“He has made everything beautiful in its time. Also He has put eternity in their hearts, except that no one can find out the work that God does from beginning to end” (Ecclesiastes 3:11).

ONE THING THAT SETS HUMAN BEINGS APART IS THEIR YEARNINGS. We have deep desires for things we don’t have, longings for joys we sometimes can’t even identify or express. There is something about us that is infinite — and that something finds it frustrating to live in a world that is not only finite but broken.

In Ecclesiastes 3:11, we hear not only that “eternity” is in our hearts, but that God put it there. We have longings for things beyond this world because we are made that way. Given our created nature, we can no more not need eternity than we can not need joy or beauty or any other desire that is part of the human package. Some yearnings just won’t go away no matter how hard we try to ignore them, and eternity is one of them. We can deny it, suppress it, or try to fulfill it with lesser things, but the need is still there. Plainly, we were made for a different world than the kind of world this one has become, and until our hearts find the home in which they were intended to rest, we will experience unfulfilled yearnings.

It is important to face fully what it means that eternity is in our hearts. It doesn’t just mean we need something that is hard to find in the temporal world; it means we need something that is impossible to find here. When sin broke the perfection of Eden, God was forced to withdraw Himself from direct contact with the human race. But we were made for communion with Him, and so for now, the thing we were made for, we can only long for!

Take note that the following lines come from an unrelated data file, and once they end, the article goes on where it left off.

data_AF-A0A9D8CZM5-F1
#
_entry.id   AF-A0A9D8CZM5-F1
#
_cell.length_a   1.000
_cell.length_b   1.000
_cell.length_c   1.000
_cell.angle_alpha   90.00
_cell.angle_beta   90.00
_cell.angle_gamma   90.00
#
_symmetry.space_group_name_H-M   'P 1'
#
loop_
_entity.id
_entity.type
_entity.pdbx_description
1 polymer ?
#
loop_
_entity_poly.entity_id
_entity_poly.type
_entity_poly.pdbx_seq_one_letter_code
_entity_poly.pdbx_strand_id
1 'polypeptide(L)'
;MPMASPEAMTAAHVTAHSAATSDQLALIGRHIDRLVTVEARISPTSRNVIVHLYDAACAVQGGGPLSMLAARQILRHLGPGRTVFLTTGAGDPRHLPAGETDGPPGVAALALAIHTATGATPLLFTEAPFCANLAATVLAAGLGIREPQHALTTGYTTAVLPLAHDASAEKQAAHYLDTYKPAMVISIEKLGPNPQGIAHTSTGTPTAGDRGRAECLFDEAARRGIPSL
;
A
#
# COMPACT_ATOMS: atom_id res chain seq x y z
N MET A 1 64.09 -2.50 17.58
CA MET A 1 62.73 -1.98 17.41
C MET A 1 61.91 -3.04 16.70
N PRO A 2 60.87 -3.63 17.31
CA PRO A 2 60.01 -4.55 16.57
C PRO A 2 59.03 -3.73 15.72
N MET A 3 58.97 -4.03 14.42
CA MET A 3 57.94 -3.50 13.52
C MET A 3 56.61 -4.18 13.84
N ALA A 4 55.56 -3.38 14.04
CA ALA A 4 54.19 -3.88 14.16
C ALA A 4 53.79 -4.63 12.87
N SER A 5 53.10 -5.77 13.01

We should give our yearnings for eternal life free reign. There is nothing wrong with groaning (2 Corinthians 5:1-8), and we should give ourselves permission to do it. Indeed, there is something seriously wrong with a person who could live in this world (ruined as it is by rebellion against what is right) and not groan. So we should embrace the eternity that is in our hearts, even at the price of the emptiness that it makes us feel right now. To set our hearts on eternity is not to slight our responsibilities in the here and now. It enables us to fulfill those responsibilities in hope.

“He who has no vision of eternity will never get a true hold of time” (Thomas Carlyle).

Gary Henry – WordPoints.com

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